New York: In a first, scientists have developed a method that can almost accurately reveal the sexual orientation of men just by looking at some specific genes.
The team is now ready with a predictive model that can help people understand their sexual orientation better.
In trials, an algorithm using genetic information from just nine regions of the human genome predicted the sexual orientation of males with up to 70 percent accuracy.
“To our knowledge, this is the first example of a predictive model for sexual orientation based on molecular markers,” said Tuck C Ngun, postdoctoral researcher at University of California-Los Angeles.
Beyond the genetic information contained in DNA, the researchers examined patterns of DNA methylation - a molecular modification to DNA that affects when and how strongly a gene is expressed - across the genome in pairs of identical male twins.
While identical twins have exactly the same genetic sequence, environmental factors lead to differences in how their DNA is methylated.
In all, the study involved 37 pairs of twins in which one twin was homosexual and the other was heterosexual, and 10 pairs in which both twins were homosexual.
“A challenge was that because we studied twins, their DNA methylation patterns were highly correlated,” Dr Ngun explained.
Even after some initial analysis, the researchers were left with over 400,000 data points to sort through.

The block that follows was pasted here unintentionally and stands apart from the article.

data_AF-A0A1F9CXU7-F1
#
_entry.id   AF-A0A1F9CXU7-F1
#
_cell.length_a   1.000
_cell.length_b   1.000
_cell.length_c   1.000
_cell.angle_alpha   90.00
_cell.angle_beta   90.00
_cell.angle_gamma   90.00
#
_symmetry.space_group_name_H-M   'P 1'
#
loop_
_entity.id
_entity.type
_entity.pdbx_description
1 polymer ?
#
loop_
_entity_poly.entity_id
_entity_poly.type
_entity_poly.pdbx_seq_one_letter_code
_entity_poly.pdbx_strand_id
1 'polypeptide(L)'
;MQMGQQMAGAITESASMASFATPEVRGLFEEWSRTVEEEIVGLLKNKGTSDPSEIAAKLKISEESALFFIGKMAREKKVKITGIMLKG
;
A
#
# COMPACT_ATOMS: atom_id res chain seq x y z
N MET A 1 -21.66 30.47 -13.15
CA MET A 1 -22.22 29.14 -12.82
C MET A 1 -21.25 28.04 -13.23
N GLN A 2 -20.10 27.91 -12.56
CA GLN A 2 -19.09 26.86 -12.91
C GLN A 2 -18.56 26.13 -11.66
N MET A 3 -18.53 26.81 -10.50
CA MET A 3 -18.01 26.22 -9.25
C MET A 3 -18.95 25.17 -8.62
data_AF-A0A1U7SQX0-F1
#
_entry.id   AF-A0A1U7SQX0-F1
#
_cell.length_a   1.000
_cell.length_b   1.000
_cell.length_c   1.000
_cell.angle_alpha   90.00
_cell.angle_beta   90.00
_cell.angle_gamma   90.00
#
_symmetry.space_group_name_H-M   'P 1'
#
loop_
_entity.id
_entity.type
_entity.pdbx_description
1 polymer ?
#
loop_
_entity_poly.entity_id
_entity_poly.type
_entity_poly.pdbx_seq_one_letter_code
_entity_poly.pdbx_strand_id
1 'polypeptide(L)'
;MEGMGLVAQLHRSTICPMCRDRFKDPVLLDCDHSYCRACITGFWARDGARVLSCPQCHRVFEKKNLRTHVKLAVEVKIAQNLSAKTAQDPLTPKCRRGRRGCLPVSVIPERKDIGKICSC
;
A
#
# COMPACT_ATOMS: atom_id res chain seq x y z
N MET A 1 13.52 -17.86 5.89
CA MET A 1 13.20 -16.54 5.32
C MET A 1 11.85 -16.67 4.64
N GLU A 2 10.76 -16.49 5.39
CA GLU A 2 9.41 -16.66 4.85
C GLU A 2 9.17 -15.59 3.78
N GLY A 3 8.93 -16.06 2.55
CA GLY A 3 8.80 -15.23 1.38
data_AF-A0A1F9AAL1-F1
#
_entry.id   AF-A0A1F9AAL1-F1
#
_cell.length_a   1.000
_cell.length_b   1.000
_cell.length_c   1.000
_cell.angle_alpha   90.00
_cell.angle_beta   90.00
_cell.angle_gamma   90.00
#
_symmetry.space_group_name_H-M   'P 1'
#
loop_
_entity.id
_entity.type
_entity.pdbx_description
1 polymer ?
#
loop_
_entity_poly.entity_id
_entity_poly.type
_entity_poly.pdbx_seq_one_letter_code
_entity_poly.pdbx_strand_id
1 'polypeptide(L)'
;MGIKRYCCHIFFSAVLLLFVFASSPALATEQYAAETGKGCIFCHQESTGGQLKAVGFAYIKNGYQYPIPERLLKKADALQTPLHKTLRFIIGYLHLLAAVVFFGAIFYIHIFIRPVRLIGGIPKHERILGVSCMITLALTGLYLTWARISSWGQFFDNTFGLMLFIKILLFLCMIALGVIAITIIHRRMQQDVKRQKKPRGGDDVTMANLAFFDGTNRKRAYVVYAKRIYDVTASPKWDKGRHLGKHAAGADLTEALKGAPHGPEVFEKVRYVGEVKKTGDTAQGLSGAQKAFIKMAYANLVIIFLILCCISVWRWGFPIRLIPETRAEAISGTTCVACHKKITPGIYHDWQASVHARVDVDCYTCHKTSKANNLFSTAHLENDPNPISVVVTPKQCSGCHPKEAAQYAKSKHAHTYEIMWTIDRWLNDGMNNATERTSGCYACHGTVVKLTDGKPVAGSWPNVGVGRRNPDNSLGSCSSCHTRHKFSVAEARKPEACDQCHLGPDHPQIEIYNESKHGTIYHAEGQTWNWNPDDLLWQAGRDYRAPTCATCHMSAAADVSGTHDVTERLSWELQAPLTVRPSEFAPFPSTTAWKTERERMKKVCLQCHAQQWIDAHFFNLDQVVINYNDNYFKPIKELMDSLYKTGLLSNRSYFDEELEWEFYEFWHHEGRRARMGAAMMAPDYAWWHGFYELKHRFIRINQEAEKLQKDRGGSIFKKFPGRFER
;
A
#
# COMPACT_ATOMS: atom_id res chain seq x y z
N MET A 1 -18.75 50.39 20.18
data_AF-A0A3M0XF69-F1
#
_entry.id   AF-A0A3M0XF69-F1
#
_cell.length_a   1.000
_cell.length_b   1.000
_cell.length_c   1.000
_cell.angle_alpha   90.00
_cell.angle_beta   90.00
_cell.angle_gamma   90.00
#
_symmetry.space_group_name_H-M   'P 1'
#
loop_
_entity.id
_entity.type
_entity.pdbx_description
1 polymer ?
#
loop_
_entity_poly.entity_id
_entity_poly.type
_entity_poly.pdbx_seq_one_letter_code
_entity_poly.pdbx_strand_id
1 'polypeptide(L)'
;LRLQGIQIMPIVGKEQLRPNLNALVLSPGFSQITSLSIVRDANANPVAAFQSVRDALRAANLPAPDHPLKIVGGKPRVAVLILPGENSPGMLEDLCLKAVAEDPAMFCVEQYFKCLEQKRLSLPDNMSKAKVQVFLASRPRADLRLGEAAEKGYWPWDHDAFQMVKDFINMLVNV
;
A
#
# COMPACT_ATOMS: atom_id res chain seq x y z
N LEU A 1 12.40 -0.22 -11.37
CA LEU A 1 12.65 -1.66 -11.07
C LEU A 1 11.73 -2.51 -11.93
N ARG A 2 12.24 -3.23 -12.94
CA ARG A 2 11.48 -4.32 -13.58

To sort through this data set, Dr. Ngun and his colleagues devised a machine learning algorithm called FuzzyForest.
They found that methylation patterns in nine small regions, scattered across the genome, could be used to predict study participants' sexual orientation with 70 percent accuracy.
Previous studies had identified broader regions of chromosomes that were involved in sexual orientation.
“We were able to define these areas down to the base pair level with our approach,” Dr Ngun added.
Sexual attraction is such a fundamental part of life but it is not something we know a lot about at the genetic and molecular level, the authors noted.
They are currently testing the algorithm's accuracy in a more general population of men.
The findings were shared at the American Society of Human Genetics (ASHG) 2015 annual meeting in Baltimore this week.